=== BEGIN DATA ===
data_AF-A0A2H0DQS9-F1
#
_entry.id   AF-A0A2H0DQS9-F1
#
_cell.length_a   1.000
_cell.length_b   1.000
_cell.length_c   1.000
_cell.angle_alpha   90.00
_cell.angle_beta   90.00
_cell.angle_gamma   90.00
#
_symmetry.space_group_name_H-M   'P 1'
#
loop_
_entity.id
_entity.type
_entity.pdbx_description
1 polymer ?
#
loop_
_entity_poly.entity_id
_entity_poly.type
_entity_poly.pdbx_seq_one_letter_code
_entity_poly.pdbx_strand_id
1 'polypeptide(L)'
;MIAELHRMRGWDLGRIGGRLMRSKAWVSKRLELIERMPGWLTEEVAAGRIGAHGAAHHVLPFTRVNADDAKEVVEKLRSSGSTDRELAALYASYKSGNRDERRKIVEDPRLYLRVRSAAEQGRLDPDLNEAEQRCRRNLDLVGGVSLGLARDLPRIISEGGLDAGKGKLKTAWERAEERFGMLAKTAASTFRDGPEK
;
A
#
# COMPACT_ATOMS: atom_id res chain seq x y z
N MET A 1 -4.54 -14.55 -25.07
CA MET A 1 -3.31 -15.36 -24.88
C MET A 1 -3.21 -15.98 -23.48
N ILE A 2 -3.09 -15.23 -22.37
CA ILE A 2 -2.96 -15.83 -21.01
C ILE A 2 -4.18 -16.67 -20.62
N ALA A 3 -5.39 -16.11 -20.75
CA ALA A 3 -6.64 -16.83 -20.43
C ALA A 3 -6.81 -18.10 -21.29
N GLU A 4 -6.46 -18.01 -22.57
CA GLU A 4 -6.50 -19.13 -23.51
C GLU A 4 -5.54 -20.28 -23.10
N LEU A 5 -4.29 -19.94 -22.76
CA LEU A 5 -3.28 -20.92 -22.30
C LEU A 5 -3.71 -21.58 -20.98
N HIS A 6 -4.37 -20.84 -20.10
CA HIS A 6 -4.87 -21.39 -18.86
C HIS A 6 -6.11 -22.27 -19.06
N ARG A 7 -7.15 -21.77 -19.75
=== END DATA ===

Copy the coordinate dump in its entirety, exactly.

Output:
data_AF-A0A2H0DQS9-F1
#
_entry.id   AF-A0A2H0DQS9-F1
#
_cell.length_a   1.000
_cell.length_b   1.000
_cell.length_c   1.000
_cell.angle_alpha   90.00
_cell.angle_beta   90.00
_cell.angle_gamma   90.00
#
_symmetry.space_group_name_H-M   'P 1'
#
loop_
_entity.id
_entity.type
_entity.pdbx_description
1 polymer ?
#
loop_
_entity_poly.entity_id
_entity_poly.type
_entity_poly.pdbx_seq_one_letter_code
_entity_poly.pdbx_strand_id
1 'polypeptide(L)'
;MIAELHRMRGWDLGRIGGRLMRSKAWVSKRLELIERMPGWLTEEVAAGRIGAHGAAHHVLPFTRVNADDAKEVVEKLRSSGSTDRELAALYASYKSGNRDERRKIVEDPRLYLRVRSAAEQGRLDPDLNEAEQRCRRNLDLVGGVSLGLARDLPRIISEGGLDAGKGKLKTAWERAEERFGMLAKTAASTFRDGPEK
;
A
#
# COMPACT_ATOMS: atom_id res chain seq x y z
N MET A 1 -4.54 -14.55 -25.07
CA MET A 1 -3.31 -15.36 -24.88
C MET A 1 -3.21 -15.98 -23.48
N ILE A 2 -3.09 -15.23 -22.37
CA ILE A 2 -2.96 -15.83 -21.01
C ILE A 2 -4.18 -16.67 -20.62
N ALA A 3 -5.39 -16.11 -20.75
CA ALA A 3 -6.64 -16.83 -20.43
C ALA A 3 -6.81 -18.10 -21.29
N GLU A 4 -6.46 -18.01 -22.57
CA GLU A 4 -6.50 -19.13 -23.51
C GLU A 4 -5.54 -20.28 -23.10
N LEU A 5 -4.29 -19.94 -22.76
CA LEU A 5 -3.28 -20.92 -22.30
C LEU A 5 -3.71 -21.58 -20.98
N HIS A 6 -4.37 -20.84 -20.10
CA HIS A 6 -4.87 -21.39 -18.86
C HIS A 6 -6.11 -22.27 -19.06
N ARG A 7 -7.15 -21.77 -19.75